• FIG. 3 is a flow diagram that illustrates processing of the hosted pre-compilation system to load a module used by a hosted environment, in one embodiment. Beginning in block 310, the system notifies the hosted environment of an attempt to load a module in the hosted environment. For example, the system may call a callback function registered by the host environment and pass a parameter that indicates the module that the system is loading. The system may specify the module by name, path, or other identifier. Continuing in block 320, the system receives a location for storing a binary image related to the loading module, wherein the location is managed by the hosted environment. The location may include a host-provided cache, such as in a particular file system directory managed by the hosted environment. By providing a location, the host can direct the system to find binary images at a location other than a default machine-wide location so that the host can isolate images suitable for use in the hosted environment (e.g., compiled with certain security settings or other configuration parameters).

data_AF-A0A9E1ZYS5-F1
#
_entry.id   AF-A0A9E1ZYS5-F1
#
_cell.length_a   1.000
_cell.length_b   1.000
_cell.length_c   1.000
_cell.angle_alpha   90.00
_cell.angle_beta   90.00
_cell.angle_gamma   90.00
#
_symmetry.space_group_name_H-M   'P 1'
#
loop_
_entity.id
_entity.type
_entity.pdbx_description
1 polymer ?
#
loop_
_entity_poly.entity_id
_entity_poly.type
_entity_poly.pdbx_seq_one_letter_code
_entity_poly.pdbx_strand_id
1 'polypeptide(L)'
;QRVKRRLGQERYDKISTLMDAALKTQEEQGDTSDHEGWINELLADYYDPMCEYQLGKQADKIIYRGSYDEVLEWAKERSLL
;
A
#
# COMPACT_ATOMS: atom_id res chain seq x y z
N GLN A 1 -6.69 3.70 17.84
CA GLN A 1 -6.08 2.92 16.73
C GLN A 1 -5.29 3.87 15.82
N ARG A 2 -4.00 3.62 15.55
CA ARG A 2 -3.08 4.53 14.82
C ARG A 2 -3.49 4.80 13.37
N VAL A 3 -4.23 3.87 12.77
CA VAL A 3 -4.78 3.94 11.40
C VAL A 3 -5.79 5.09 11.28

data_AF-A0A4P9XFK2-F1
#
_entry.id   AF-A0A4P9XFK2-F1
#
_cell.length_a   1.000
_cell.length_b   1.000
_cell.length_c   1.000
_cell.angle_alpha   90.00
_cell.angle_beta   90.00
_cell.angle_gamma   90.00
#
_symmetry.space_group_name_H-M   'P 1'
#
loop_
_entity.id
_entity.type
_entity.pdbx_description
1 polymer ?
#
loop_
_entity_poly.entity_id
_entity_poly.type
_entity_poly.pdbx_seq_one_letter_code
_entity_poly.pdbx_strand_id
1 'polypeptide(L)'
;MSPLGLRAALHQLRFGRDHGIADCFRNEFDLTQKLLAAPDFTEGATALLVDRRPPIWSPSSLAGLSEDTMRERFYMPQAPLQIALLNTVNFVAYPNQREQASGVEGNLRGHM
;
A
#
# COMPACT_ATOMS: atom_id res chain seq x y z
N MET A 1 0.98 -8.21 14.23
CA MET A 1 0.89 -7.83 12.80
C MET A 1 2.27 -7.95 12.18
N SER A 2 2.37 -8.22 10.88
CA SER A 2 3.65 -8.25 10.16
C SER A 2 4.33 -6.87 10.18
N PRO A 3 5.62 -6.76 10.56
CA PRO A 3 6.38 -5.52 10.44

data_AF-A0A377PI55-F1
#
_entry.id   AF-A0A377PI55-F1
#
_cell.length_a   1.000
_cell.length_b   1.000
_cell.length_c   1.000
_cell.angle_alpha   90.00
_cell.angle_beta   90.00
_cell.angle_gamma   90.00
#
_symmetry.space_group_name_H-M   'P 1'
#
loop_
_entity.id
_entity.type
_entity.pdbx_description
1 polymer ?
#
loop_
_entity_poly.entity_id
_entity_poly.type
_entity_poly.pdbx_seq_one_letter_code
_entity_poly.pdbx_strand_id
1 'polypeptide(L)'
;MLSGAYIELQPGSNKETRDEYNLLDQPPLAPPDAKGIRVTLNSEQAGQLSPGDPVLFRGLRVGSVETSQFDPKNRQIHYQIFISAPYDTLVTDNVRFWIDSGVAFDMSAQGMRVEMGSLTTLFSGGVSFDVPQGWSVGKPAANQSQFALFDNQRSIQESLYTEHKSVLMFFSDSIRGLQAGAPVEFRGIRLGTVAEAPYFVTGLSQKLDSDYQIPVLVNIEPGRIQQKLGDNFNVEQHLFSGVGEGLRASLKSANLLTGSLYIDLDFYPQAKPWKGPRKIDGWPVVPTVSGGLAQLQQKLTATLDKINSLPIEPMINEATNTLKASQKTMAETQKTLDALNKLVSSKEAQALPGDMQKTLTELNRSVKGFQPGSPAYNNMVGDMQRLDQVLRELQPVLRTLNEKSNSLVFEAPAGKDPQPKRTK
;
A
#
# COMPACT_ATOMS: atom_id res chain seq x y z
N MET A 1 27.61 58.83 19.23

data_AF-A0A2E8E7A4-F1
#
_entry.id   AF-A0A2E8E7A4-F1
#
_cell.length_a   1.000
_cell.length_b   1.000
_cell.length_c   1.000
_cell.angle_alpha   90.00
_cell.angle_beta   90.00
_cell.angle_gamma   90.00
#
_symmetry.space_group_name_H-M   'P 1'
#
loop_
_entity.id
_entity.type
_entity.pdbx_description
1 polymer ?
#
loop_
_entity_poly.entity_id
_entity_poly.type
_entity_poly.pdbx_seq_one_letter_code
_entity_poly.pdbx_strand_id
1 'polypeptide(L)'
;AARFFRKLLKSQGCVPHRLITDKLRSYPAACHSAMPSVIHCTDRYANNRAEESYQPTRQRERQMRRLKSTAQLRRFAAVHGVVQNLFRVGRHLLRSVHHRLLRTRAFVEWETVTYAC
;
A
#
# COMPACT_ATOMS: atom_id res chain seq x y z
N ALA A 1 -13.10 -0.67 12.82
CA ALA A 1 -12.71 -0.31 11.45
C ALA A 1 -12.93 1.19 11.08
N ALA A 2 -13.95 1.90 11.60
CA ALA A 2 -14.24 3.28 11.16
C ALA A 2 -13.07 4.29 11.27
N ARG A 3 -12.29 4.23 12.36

• Continuing in block 330, the system validates the stored binary image accessed at the received location. Validation may include determining the settings under which the binary image was compiled and comparing the settings to current settings, determining version information about dependencies (modules the specified image depends upon) or host modules, and so forth. The validation determines whether the stored binary image is suitable for execution. If the binary image is not suitable for execution, then the system will recompile the module to produce a new binary image. Because compilation can be a time-consuming process, particularly where many modules are to be loaded, the system strategically avoids recompilation using various heuristics.